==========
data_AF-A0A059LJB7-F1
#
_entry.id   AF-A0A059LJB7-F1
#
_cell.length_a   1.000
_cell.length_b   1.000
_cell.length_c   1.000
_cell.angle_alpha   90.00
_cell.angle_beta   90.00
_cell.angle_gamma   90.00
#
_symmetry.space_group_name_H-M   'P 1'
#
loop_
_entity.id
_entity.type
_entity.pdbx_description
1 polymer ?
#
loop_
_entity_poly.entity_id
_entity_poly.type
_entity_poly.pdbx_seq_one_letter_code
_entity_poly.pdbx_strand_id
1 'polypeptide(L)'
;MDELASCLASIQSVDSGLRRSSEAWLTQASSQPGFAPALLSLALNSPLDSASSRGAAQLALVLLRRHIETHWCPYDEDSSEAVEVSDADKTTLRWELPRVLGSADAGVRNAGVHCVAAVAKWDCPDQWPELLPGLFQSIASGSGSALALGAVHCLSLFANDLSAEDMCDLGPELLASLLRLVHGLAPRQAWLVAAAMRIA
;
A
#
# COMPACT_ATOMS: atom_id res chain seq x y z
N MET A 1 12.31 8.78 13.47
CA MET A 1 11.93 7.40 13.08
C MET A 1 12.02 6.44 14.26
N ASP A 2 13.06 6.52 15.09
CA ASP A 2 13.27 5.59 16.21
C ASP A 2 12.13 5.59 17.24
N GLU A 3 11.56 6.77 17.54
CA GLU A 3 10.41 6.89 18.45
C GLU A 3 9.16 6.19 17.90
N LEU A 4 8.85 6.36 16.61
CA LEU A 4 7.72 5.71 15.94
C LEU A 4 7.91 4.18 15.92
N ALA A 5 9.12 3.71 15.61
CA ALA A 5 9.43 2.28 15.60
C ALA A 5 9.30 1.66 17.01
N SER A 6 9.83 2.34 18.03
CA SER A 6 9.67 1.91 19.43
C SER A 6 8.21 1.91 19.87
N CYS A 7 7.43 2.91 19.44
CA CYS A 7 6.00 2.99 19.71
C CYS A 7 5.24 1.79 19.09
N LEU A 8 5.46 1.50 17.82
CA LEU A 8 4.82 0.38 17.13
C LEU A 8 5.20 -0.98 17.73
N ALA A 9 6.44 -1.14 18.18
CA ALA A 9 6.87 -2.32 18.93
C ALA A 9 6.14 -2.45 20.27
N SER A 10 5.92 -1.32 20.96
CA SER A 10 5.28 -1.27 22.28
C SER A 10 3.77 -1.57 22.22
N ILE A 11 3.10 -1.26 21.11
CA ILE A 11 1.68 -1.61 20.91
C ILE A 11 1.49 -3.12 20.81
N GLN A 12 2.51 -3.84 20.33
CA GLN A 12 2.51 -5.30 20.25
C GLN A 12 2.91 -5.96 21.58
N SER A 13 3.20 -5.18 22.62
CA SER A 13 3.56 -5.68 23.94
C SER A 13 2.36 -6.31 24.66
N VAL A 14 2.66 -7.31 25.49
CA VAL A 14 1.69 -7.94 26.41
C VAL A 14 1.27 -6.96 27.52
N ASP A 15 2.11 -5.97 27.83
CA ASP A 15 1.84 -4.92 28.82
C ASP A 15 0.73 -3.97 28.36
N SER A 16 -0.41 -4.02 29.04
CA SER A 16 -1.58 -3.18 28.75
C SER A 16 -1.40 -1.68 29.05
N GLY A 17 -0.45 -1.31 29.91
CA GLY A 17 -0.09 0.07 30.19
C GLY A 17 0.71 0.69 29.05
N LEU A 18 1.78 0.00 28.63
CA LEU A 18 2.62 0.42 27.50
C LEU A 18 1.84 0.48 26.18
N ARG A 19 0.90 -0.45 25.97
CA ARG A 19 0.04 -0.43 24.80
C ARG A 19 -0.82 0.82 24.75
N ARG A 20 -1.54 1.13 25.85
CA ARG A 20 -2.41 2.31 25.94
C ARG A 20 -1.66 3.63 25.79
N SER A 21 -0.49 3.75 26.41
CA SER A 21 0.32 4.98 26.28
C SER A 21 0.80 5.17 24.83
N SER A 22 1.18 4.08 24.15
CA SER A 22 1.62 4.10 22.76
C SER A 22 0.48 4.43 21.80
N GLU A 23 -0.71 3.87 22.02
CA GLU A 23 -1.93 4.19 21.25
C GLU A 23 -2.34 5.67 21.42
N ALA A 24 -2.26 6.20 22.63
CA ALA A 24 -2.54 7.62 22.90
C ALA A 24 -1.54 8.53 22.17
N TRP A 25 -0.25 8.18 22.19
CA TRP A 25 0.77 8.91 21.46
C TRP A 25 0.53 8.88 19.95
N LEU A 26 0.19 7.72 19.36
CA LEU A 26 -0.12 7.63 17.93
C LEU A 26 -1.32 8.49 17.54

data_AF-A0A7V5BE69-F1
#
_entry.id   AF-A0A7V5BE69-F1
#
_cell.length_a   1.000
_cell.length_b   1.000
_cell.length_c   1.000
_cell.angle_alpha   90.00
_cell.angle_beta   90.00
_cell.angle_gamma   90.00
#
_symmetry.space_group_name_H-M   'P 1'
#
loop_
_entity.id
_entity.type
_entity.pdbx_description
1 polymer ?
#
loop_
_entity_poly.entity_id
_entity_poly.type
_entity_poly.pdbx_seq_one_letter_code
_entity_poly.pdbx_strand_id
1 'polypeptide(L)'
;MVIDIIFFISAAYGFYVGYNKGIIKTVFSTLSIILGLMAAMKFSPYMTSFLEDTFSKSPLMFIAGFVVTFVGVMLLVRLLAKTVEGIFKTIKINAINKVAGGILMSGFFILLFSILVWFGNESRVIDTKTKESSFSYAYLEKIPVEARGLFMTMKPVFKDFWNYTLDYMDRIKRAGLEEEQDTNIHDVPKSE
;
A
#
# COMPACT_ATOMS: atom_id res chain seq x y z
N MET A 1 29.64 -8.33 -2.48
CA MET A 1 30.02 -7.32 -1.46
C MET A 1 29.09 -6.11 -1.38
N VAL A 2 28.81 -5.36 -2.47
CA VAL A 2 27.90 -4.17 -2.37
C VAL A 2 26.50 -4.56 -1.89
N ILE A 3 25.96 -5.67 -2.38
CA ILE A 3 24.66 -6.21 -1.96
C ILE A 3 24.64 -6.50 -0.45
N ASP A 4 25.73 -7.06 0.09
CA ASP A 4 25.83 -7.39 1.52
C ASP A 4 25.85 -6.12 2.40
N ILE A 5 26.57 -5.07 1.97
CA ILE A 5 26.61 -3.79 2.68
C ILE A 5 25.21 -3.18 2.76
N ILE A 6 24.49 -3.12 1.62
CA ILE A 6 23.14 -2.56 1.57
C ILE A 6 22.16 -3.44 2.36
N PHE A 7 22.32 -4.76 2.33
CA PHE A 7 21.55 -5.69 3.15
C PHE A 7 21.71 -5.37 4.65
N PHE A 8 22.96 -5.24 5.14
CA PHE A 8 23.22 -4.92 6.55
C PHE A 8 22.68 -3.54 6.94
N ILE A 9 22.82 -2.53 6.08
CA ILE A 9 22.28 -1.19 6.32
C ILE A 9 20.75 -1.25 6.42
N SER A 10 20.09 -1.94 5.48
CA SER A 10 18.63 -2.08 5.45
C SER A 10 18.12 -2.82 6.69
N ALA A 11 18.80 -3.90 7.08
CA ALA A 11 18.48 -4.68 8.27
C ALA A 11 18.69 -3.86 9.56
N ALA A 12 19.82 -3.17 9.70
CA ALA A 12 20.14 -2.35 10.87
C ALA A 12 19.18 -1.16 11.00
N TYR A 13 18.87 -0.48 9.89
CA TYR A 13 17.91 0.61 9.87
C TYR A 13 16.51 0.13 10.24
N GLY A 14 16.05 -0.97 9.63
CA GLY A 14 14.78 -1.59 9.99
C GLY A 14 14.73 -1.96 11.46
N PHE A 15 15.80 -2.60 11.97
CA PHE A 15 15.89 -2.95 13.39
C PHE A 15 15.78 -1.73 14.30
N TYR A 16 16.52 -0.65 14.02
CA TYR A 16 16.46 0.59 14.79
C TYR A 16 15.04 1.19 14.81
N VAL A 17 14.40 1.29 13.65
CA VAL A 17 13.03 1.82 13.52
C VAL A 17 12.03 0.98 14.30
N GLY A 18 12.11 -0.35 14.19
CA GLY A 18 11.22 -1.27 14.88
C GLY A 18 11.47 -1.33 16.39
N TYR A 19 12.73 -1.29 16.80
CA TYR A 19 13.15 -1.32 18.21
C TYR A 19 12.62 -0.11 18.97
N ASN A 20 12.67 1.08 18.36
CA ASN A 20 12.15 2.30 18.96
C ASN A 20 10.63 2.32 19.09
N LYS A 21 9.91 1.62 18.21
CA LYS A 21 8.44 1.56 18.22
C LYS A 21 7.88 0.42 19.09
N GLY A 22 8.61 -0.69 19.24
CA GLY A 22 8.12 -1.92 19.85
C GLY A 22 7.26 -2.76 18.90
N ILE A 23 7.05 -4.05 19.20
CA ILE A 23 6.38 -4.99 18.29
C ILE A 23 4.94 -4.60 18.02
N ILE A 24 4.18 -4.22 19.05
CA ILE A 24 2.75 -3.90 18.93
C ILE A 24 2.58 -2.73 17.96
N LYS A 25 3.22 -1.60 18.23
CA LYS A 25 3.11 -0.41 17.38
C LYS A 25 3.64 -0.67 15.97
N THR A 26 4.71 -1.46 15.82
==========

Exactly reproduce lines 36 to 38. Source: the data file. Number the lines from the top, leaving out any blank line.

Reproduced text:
C ASP A 2 12.13 5.59 17.24
N GLU A 3 11.56 6.77 17.54
CA GLU A 3 10.41 6.89 18.45